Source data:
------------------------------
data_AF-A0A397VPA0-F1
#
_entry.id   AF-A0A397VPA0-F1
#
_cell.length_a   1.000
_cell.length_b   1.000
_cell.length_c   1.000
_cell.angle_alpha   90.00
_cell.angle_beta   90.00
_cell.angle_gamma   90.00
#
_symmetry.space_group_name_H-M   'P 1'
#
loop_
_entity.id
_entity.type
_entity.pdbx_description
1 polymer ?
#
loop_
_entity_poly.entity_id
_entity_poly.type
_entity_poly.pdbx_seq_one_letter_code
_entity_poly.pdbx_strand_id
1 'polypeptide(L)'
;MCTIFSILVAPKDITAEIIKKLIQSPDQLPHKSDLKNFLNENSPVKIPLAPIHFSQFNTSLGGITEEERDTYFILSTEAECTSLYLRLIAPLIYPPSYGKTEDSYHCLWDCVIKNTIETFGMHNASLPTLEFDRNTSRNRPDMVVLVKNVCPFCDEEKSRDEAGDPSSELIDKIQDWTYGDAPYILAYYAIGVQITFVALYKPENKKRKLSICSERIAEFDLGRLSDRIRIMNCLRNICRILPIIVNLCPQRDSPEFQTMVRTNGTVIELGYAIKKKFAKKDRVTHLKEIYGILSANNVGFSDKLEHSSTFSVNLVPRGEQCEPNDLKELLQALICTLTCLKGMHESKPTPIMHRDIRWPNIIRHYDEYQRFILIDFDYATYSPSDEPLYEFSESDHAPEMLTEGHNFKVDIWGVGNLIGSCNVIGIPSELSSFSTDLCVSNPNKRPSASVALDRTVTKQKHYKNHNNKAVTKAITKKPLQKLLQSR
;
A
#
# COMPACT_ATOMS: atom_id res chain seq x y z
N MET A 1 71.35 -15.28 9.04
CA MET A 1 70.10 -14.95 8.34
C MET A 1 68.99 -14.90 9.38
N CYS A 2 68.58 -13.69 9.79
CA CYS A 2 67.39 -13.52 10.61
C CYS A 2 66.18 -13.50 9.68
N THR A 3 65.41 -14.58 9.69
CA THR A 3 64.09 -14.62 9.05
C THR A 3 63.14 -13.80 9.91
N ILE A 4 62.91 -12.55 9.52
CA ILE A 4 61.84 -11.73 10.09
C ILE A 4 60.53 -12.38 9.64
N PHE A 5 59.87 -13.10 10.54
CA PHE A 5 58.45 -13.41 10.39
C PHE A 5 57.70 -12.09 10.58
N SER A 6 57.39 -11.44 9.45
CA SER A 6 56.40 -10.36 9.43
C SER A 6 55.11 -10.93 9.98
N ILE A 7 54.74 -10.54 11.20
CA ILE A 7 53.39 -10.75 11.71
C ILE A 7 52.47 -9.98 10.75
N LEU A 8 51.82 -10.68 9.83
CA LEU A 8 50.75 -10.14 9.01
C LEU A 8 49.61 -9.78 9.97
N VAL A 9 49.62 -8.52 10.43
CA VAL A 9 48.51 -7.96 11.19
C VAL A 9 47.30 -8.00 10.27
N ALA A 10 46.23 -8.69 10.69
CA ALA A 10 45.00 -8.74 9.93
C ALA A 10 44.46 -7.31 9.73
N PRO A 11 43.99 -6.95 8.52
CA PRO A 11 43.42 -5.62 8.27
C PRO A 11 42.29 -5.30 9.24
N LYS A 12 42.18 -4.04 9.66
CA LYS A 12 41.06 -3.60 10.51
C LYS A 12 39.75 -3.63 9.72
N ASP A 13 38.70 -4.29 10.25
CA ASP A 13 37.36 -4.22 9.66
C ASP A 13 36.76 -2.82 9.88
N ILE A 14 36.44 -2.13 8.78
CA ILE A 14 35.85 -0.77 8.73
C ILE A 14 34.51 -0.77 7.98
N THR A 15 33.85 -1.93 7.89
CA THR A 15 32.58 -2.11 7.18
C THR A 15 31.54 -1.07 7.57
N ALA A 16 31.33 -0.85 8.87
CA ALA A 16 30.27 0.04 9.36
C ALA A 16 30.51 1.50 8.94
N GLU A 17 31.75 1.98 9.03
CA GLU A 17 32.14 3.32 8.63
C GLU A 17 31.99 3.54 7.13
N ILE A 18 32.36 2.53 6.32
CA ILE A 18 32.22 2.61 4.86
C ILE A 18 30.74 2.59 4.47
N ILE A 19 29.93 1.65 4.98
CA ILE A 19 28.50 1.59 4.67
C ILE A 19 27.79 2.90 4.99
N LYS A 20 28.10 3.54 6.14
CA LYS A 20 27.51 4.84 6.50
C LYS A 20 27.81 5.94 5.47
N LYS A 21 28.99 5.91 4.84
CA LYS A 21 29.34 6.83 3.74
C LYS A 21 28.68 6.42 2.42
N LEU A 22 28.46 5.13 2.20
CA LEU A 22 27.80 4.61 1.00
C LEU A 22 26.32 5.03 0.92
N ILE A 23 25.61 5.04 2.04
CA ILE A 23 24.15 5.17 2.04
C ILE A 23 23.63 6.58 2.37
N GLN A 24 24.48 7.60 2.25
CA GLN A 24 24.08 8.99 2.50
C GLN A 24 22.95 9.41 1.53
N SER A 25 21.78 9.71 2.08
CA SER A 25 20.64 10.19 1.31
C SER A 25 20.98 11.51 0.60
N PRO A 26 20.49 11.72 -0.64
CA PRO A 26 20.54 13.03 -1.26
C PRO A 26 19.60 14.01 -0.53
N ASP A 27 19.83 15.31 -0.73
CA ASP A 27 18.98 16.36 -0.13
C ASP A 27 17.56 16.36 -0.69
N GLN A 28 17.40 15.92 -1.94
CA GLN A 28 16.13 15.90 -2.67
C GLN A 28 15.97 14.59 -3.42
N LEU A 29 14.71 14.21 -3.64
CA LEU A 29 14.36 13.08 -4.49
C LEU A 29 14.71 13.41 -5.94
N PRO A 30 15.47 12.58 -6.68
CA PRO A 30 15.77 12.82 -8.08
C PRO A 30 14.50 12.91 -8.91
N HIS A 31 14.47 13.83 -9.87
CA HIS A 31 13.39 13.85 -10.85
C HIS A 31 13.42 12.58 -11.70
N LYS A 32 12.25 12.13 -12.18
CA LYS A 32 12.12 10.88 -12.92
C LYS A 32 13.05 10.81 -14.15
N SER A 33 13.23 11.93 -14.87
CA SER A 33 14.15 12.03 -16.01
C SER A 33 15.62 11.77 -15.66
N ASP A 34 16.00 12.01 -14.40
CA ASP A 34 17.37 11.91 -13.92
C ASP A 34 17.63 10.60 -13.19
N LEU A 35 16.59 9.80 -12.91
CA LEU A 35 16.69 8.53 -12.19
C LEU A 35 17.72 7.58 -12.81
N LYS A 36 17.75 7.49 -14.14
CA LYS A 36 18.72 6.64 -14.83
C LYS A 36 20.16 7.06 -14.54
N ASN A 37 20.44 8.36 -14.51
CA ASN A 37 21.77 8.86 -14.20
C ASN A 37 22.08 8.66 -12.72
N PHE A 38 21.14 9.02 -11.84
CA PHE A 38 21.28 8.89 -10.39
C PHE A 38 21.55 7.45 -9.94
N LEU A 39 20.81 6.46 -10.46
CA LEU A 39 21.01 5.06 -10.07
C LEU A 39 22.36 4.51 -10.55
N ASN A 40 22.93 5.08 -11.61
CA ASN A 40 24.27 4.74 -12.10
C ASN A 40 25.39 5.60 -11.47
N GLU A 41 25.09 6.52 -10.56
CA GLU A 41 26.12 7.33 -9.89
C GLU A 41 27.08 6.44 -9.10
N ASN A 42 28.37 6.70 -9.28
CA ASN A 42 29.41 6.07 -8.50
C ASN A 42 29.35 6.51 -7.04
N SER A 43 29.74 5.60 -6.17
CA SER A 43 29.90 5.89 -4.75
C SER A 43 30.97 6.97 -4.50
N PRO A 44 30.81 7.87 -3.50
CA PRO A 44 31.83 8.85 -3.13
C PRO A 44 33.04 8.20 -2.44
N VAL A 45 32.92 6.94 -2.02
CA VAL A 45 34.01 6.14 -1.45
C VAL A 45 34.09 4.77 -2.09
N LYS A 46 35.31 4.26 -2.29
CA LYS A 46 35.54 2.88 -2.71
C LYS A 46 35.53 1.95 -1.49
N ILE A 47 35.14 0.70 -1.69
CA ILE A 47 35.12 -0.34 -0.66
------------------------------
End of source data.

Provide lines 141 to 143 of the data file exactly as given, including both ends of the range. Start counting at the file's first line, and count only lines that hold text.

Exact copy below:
C ASN A 37 22.08 8.66 -12.72
N PHE A 38 21.14 9.02 -11.84
CA PHE A 38 21.28 8.89 -10.39